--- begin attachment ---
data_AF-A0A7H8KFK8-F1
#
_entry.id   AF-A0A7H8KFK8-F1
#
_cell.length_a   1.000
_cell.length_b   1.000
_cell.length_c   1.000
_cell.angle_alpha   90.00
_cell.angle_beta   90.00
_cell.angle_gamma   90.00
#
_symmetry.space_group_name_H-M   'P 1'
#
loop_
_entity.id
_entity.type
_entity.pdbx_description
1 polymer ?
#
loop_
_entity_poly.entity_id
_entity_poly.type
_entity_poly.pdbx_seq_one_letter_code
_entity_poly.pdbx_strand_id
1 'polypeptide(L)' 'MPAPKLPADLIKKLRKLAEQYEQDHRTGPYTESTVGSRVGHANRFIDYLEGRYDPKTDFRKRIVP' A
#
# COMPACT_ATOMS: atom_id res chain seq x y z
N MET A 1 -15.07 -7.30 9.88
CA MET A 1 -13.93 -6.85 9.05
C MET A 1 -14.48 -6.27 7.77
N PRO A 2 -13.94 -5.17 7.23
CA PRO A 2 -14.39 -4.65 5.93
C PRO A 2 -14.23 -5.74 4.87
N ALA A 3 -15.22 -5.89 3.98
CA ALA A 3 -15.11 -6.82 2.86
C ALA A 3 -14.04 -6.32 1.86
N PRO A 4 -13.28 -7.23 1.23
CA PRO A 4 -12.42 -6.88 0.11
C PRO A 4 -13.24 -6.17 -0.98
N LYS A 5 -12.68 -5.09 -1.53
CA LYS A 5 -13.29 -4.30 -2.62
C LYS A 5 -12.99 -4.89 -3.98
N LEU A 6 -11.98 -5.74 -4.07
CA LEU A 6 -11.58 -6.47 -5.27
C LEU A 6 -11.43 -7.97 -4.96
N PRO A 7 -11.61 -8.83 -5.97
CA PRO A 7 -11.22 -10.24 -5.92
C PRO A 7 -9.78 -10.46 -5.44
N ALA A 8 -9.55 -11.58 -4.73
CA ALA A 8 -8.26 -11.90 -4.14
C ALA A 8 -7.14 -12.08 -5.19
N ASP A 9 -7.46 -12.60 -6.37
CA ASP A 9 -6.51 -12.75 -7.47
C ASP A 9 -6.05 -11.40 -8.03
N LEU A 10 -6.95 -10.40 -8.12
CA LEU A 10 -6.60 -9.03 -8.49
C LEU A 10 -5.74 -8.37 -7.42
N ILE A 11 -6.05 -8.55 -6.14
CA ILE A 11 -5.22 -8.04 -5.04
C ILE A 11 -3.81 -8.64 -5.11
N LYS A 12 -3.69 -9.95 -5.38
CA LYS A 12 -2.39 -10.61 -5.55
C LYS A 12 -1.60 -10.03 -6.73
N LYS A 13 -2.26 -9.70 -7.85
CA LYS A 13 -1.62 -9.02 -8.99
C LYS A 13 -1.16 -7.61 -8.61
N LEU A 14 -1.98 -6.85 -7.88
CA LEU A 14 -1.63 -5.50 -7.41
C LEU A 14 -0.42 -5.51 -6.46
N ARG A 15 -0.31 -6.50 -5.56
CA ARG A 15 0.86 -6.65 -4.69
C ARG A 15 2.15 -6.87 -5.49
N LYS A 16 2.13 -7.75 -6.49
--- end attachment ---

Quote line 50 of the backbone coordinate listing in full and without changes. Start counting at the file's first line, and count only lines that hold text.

CA ALA A 8 -8.26 -11.90 -4.14